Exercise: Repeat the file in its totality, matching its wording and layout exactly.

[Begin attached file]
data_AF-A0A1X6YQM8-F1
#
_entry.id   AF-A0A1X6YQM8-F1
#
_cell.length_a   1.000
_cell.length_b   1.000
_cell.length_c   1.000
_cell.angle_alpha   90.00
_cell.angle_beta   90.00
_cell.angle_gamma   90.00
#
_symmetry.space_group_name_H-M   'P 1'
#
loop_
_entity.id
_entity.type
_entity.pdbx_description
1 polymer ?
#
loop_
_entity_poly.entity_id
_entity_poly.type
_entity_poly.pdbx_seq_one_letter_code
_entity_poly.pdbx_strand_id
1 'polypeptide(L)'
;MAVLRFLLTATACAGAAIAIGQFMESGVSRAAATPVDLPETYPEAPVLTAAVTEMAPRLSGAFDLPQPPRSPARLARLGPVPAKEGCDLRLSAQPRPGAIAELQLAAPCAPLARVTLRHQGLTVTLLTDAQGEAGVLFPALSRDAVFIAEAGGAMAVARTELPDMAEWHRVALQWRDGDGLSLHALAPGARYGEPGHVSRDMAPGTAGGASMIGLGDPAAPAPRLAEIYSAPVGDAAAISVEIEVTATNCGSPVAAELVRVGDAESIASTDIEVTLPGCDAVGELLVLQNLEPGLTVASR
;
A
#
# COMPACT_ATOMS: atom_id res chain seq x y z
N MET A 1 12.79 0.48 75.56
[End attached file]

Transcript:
data_AF-A0A1X6YQM8-F1
#
_entry.id   AF-A0A1X6YQM8-F1
#
_cell.length_a   1.000
_cell.length_b   1.000
_cell.length_c   1.000
_cell.angle_alpha   90.00
_cell.angle_beta   90.00
_cell.angle_gamma   90.00
#
_symmetry.space_group_name_H-M   'P 1'
#
loop_
_entity.id
_entity.type
_entity.pdbx_description
1 polymer ?
#
loop_
_entity_poly.entity_id
_entity_poly.type
_entity_poly.pdbx_seq_one_letter_code
_entity_poly.pdbx_strand_id
1 'polypeptide(L)'
;MAVLRFLLTATACAGAAIAIGQFMESGVSRAAATPVDLPETYPEAPVLTAAVTEMAPRLSGAFDLPQPPRSPARLARLGPVPAKEGCDLRLSAQPRPGAIAELQLAAPCAPLARVTLRHQGLTVTLLTDAQGEAGVLFPALSRDAVFIAEAGGAMAVARTELPDMAEWHRVALQWRDGDGLSLHALAPGARYGEPGHVSRDMAPGTAGGASMIGLGDPAAPAPRLAEIYSAPVGDAAAISVEIEVTATNCGSPVAAELVRVGDAESIASTDIEVTLPGCDAVGELLVLQNLEPGLTVASR
;
A
#
# COMPACT_ATOMS: atom_id res chain seq x y z
N MET A 1 12.79 0.48 75.56